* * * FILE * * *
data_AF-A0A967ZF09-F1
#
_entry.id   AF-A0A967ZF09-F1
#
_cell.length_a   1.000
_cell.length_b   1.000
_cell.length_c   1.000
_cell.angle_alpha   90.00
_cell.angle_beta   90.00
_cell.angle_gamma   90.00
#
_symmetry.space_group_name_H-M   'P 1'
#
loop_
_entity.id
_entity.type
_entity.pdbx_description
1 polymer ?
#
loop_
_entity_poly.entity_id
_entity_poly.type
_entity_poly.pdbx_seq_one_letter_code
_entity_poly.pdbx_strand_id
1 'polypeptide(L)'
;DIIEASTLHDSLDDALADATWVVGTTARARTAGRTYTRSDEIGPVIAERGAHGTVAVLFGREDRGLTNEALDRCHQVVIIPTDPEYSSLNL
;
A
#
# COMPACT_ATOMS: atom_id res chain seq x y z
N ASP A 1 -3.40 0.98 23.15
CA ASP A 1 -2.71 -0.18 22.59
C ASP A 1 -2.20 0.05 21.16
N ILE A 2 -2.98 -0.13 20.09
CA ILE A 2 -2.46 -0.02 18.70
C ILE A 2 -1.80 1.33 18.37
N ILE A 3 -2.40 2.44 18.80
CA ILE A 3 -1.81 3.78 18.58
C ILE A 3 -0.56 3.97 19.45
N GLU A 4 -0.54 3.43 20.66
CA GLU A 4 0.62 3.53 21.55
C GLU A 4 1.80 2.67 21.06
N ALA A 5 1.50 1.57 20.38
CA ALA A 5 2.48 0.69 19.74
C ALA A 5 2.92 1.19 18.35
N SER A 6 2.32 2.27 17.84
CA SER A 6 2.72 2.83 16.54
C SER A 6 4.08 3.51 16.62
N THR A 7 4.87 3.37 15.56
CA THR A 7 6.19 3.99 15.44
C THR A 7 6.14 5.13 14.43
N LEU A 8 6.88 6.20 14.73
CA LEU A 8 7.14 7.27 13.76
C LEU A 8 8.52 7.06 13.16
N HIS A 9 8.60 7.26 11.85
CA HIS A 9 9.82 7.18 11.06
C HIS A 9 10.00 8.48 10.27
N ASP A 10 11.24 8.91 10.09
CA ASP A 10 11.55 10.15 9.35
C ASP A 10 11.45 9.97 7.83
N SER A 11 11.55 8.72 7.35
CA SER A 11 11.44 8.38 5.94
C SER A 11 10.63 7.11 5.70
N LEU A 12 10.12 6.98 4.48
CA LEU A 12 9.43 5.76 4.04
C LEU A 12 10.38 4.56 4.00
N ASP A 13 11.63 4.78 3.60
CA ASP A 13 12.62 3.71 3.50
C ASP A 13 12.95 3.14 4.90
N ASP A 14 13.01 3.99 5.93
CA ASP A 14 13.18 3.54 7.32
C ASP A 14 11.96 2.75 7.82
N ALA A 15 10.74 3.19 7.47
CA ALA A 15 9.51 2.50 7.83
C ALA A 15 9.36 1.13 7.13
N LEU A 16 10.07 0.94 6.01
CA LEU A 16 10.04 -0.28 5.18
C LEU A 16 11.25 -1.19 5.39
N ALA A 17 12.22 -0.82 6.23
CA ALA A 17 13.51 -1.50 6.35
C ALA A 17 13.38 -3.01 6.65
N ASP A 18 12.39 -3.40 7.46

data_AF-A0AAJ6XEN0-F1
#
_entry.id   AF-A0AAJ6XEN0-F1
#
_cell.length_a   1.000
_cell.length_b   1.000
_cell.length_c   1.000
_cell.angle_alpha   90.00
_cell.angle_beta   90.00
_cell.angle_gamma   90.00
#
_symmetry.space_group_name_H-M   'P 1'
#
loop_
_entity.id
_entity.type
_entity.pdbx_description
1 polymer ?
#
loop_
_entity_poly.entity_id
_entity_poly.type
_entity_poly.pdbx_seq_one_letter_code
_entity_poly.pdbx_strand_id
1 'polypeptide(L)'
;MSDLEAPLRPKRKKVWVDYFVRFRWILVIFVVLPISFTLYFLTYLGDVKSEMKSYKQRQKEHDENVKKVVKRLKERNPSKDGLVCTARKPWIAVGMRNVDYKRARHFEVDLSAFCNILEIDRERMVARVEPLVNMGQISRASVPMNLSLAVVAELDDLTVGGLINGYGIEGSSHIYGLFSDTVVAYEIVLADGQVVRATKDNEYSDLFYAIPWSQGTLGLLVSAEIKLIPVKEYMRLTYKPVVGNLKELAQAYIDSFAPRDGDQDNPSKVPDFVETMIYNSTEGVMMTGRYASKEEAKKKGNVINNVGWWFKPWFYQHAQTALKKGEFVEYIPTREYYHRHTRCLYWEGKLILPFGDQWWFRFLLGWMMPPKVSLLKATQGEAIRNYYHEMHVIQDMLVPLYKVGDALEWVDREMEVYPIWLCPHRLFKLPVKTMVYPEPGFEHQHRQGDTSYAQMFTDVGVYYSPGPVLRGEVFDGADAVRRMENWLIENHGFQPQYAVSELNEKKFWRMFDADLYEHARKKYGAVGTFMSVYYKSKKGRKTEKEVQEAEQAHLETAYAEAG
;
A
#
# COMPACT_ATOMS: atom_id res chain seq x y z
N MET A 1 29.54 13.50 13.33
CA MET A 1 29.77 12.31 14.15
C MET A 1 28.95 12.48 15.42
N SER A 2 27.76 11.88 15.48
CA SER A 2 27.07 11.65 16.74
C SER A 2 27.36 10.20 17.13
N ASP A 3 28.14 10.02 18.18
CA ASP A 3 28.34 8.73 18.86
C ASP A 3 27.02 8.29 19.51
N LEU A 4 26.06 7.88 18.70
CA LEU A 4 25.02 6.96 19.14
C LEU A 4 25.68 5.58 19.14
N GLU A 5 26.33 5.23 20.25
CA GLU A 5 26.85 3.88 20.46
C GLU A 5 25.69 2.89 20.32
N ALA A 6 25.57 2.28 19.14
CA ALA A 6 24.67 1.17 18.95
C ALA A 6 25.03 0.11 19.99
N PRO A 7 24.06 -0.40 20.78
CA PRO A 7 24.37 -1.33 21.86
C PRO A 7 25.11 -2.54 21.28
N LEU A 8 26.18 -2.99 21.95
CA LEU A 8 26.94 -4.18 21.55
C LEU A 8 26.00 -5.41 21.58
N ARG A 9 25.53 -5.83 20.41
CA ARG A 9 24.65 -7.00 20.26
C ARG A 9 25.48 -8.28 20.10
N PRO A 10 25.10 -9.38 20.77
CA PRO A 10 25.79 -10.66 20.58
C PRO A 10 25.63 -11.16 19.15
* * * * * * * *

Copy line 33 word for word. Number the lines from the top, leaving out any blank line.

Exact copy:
C ASP A 1 -2.20 0.05 21.16